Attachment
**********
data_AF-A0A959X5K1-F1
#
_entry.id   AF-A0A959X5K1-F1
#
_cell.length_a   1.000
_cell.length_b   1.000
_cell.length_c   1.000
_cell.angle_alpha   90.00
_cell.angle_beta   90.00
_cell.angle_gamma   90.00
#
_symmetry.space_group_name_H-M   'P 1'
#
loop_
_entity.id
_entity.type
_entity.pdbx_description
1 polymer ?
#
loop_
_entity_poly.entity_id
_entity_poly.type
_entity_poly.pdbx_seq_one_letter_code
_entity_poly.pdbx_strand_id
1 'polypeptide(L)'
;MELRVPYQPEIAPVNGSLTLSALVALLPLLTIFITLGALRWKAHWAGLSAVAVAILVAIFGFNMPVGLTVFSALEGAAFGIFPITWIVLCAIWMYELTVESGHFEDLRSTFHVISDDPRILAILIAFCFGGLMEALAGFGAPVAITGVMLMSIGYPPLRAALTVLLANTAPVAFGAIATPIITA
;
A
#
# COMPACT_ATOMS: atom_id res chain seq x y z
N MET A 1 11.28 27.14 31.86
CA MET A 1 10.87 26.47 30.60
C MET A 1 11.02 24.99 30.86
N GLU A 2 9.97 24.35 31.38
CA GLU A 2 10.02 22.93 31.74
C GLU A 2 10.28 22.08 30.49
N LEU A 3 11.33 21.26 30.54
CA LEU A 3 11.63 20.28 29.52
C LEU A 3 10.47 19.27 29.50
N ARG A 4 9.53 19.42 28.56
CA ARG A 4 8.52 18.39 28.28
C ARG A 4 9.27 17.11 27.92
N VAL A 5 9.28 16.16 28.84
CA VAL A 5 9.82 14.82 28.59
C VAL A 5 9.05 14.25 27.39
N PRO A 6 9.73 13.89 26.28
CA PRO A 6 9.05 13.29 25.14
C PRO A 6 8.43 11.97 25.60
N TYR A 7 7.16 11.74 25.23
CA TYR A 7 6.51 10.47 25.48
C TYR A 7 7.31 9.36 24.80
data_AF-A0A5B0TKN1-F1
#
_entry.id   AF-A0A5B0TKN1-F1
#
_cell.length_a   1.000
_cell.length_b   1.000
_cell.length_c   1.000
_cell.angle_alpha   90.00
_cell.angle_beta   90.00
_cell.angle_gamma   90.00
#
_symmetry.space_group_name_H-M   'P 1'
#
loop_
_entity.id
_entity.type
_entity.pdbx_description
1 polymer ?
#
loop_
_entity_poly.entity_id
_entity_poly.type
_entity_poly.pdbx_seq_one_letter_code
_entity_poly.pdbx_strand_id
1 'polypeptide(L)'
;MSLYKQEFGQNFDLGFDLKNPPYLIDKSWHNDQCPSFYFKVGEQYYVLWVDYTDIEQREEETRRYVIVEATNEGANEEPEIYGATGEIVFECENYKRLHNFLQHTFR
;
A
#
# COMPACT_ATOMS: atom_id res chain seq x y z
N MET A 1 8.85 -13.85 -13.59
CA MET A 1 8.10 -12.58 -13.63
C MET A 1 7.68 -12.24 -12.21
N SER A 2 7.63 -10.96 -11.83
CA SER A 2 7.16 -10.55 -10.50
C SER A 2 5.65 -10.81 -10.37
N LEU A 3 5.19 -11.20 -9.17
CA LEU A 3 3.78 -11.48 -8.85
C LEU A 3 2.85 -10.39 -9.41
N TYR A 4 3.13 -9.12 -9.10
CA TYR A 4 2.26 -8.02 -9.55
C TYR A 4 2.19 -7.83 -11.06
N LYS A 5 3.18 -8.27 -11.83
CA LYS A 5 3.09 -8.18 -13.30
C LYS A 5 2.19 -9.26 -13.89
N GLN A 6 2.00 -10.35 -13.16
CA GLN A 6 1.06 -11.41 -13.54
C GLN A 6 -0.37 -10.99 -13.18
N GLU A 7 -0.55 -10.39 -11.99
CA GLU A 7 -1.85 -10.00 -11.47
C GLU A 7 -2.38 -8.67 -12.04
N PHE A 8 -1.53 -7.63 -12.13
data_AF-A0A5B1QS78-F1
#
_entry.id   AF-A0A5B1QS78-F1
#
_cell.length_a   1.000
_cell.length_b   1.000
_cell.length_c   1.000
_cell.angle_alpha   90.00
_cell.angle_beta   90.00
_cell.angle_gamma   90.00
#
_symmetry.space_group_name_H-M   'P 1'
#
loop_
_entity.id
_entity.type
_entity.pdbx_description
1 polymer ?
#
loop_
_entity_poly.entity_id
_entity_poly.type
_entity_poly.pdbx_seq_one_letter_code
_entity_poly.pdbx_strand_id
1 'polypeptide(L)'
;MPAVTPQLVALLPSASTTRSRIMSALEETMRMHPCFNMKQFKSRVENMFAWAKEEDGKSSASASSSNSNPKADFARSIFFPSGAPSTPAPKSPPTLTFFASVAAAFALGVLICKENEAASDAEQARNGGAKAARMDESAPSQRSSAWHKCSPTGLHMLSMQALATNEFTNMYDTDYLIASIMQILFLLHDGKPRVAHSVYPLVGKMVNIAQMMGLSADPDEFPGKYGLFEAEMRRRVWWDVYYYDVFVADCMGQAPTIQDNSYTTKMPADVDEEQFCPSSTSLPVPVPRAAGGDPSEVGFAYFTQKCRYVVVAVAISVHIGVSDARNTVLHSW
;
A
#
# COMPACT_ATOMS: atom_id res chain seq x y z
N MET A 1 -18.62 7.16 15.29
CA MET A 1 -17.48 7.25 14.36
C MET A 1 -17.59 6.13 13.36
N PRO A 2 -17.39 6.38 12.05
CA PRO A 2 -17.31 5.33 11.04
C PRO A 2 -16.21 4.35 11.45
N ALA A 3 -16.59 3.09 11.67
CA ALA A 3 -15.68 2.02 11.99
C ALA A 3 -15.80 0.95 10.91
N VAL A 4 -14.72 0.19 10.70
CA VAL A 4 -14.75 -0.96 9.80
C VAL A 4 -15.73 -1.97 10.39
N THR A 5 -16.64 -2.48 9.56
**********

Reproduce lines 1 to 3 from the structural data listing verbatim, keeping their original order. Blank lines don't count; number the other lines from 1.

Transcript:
data_AF-A0A959X5K1-F1
#
_entry.id   AF-A0A959X5K1-F1